Easter speaks to me of many things—redemption, forgiveness, new life, and more. But this year it reminds me that this world and its pleasures and problems are temporary. We’re going to spend a lot more time in eternity than we did here. Are we ready?

Jesus came to earth as the Son of God, God in flesh. He lived a perfect life in our place because we never could. He died to take on the punishment for our sin so we wouldn’t have to. When we repent of our sin and believe on Him as Lord and Savior, His righteousness goes on our account: God sees Him instead of us.

Forgiveness of sin, His presence, His peace, his help, His grace—and heaven too!

Do you know Him? Are you ready for eternity?

(Sharing with Inspire Me Monday, Hearth and Soul, Scripture and a Snapshot, Senior Salon, Tell His Story, InstaEncouragements, Recharge Wednesday, Let’s Have Coffee, Share a Link Wednesday, Heart Encouragement, Grace and Truth, Faith on Fire)

Book Review: The Women of Easter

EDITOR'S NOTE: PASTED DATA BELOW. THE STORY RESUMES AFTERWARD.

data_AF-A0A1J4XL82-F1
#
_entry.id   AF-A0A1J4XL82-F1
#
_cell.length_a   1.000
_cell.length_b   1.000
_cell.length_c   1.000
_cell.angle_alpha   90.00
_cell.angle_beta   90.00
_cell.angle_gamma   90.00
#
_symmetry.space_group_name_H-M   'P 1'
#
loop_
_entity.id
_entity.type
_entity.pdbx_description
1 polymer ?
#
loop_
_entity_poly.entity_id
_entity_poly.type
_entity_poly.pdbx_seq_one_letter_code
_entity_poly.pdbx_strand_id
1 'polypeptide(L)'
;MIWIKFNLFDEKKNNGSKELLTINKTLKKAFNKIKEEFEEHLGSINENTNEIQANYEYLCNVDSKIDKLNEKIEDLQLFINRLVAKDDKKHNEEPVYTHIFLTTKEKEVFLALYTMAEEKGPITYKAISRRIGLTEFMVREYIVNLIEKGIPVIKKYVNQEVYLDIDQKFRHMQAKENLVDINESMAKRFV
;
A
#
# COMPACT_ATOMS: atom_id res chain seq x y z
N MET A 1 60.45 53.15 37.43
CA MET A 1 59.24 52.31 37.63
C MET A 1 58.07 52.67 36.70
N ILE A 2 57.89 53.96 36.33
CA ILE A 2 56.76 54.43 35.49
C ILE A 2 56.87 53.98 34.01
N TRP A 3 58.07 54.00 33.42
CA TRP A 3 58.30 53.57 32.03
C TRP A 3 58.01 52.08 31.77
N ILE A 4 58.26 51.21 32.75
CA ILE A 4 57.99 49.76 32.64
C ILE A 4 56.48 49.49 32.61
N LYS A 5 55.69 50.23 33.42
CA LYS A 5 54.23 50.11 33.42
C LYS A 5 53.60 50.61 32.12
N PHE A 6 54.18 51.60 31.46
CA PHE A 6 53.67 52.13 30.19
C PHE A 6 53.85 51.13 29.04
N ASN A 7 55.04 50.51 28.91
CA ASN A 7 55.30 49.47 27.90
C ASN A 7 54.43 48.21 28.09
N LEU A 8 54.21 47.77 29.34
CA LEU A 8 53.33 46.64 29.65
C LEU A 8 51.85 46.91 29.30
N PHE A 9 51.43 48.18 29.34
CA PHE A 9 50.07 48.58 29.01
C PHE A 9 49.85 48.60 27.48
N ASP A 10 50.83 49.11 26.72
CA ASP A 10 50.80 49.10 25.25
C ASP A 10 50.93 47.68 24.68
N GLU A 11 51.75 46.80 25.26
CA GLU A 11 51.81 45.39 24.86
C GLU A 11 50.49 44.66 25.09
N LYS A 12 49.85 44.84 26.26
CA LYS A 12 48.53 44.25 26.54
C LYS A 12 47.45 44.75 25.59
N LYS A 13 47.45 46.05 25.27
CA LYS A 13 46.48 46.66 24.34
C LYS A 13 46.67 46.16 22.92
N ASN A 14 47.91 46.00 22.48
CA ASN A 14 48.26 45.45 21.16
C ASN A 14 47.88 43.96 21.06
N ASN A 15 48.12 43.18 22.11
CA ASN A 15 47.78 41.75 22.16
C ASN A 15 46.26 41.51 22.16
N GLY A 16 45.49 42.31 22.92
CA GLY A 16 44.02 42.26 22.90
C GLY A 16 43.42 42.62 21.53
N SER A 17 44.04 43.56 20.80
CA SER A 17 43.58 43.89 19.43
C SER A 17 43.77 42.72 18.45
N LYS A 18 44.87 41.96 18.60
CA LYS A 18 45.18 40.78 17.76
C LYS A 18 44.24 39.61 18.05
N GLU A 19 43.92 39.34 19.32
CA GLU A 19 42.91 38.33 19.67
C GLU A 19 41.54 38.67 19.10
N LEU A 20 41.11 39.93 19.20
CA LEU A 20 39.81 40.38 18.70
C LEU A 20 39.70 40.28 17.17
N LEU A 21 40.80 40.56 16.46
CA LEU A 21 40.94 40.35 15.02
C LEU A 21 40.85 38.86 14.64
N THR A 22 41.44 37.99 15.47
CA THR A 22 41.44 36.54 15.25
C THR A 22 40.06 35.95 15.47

Women of Easter book The Women of Easter: Encounter the Savior with Mary of Bethany, Mary of Nazareth, and Mary Magdalene by Liz Curtis Higgs, as the title suggests, tells the story of Jesus’ death and resurrection through the eyes of these three Marys.

Liz lays out the narrative in eight chapters. I chose to read one a week most of the weeks leading up to Easter.

We learn about each of the the Marys. Mary of Bethany and the famous incident with her sister, Martha, the death and resurrection of her brother, Lazarus, and her anointing the feet of Jesus with expensive ointment, wiping them with her hair. Mary of Nazareth, the mother of Jesus. Mary Magdalene, out of whom Jesus cast seven demons (Luke 8:2) (and who is never called a harlot or prostitute in the Bible, though movie writers like to depict her that way).